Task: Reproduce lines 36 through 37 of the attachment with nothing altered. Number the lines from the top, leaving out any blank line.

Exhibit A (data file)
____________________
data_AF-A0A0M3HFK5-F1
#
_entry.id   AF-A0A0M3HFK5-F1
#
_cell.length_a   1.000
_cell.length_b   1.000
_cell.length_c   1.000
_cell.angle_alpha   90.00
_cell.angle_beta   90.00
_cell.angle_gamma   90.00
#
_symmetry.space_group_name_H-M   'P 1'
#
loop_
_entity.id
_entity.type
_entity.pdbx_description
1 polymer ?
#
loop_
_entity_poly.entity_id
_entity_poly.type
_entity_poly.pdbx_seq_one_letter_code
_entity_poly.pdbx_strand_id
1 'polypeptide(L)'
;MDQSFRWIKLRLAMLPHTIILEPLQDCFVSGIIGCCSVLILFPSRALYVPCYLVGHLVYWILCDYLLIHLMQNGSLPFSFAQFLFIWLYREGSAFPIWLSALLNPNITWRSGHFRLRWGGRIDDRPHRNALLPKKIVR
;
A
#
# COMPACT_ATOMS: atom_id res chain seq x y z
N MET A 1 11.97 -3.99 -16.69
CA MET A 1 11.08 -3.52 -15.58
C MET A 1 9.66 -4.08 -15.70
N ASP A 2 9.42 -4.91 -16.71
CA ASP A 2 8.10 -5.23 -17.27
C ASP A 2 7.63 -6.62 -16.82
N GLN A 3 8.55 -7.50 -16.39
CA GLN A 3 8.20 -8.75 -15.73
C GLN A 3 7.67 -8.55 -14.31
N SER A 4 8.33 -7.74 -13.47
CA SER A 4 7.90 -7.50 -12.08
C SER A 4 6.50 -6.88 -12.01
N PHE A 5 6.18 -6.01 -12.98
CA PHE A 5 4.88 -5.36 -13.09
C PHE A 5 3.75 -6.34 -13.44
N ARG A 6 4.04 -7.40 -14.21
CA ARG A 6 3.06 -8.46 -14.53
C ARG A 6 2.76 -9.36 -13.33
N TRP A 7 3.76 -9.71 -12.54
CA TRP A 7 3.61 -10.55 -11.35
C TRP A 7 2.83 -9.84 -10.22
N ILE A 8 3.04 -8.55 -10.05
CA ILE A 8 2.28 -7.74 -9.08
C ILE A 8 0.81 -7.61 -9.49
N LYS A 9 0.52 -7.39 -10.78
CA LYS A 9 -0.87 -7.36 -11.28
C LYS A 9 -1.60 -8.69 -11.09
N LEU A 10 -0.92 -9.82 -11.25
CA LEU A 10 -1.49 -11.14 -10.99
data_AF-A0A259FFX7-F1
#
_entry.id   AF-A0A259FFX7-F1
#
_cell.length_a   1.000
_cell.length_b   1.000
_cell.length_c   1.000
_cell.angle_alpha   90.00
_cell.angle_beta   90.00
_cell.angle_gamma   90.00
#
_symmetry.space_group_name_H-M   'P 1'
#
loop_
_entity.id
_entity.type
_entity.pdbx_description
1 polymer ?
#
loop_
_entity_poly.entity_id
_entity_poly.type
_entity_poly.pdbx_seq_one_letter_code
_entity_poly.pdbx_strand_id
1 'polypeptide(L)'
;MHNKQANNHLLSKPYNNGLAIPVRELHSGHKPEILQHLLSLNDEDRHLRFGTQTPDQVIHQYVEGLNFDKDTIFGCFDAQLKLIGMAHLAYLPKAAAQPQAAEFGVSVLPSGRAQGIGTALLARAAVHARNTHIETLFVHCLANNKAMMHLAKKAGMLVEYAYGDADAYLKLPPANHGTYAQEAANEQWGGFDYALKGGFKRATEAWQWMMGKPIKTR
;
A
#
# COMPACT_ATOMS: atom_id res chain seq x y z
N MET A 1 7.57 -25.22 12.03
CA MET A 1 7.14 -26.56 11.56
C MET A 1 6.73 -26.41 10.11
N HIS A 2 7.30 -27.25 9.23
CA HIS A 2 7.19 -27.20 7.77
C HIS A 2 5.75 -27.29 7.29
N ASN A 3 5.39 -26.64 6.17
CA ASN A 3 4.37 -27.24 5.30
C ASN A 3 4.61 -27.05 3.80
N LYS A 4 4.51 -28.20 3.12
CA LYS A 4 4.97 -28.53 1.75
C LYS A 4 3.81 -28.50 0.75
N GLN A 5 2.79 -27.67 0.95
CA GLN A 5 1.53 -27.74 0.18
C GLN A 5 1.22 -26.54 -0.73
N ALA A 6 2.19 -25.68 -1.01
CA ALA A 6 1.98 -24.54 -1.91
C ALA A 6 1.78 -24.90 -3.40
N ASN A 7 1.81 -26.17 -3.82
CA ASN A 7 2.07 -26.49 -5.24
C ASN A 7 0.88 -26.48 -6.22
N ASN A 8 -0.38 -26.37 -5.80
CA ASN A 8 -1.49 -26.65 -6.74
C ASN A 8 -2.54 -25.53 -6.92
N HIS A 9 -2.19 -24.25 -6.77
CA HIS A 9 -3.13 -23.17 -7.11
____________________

C ASP A 2 7.63 -6.62 -16.82
N GLN A 3 8.55 -7.50 -16.39